Peck traces his country music roots to his grandfather, a horseback sheriff in South Africa’s KwaZulu-Natal province, who, despite appearing tough, was a soft-hearted individual. Describing his father as “a very free-spirited, open man who’s always been extremely sensitive and taught me about sensitivity and kindness,” Peck acknowledges the influence of his family in instilling sensitivity, even in his straight brothers. He expresses an admiration and fascination for cowboys, seeing them as strong figures outwardly but sensitive and perhaps lonely internally. Peck romanticizes the idea that these characters derive strength from their outsider status and loneliness, turning it into a form of power rather than a weakness.
While often perceived as an outsider artist, Orville Peck embraced his love for mainstream country in 2020 by collaborating with country-pop superstar Shania Twain on “Legends Never Die,” featured on his “Show Pony” EP. Twain admires Peck’s voice for its familiar throwback sound, reminiscent of early male country artists. She notes the richness in his voice that compels listeners to crave more and highlights his likable and genuine personality.
Twain emphasizes the importance for country music fans to connect with artists on a personal level, seeking sincerity in their performances. She reminisces about the raw storytelling in the country music she grew up with, marked by grit in the artists’ lives and the stories they conveyed. According to Twain, the country audience yearns for more variety and distinctiveness among artist styles. She applauds Peck for his unique singing style and less predictable lyrics, making him a standout artist in her eyes.
For Peck, the significance of standing out loud and proud has grown more pronounced. He reflects on the meaningful messages and letters he receives from gay, trans, and queer fans who express gratitude for providing a sense of belonging. These fans, from various backgrounds, share stories of embracing their cultural identity through Peck’s music, even if they felt like outsiders growing up. This impact on others reinforces Peck’s commitment to visibility, particularly for those who may not have had the same experiences he did.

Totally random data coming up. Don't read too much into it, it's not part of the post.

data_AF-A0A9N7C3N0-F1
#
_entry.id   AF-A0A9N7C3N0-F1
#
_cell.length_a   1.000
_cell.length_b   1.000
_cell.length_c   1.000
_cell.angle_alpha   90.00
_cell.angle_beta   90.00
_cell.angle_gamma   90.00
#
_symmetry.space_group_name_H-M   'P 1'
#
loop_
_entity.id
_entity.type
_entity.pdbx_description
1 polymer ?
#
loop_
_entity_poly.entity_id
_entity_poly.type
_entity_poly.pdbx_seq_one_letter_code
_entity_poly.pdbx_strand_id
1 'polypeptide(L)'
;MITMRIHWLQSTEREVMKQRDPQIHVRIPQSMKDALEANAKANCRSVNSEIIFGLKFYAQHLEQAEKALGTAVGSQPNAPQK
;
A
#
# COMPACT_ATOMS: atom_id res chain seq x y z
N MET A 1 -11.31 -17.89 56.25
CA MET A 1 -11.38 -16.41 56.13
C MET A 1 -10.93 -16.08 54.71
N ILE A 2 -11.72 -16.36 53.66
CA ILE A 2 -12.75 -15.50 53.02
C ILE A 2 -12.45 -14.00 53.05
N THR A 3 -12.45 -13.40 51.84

Entering the country music scene wasn’t as straightforward as unfurling a rainbow carpet in front of Nashville’s Ryman Auditorium, according to Peck. Despite facing some reluctance, skepticism, and aggression as a gay man in the country genre, he asserts that the challenges have been less daunting than one might expect.
While performing at a diverse array of venues, including Coachella and traditional country festivals in red states, Peck approaches each event with an open heart and mind. He acknowledges initial apprehensions from certain audiences, often adorned in ‘Blue Lives Matter’ shirts and Trump hats. However, Peck finds that many who may appear resistant at first end up dancing and singing along by the end of his shows. He believes a significant shift is occurring in country music, with a growing number of queer individuals and non-white, non-straight men contributing to the genre.
Recent years have witnessed notable strides in the inclusion of LGBTQ+ artists in country music. Figures like Chely Wright, Ty Herndon, and Billy Gilman came out, though it was years after reaching their peaks as ’90s hitmakers. Brandi Carlile, initially recognized as an Americana artist, has seamlessly transitioned into a country star through frequent collaborations in the genre. In a rare occurrence, T.J. Osborne of Brothers Osborne publicly shared his sexuality while still maintaining his status as a major headliner, discussing it in a 2021 interview with Time magazine.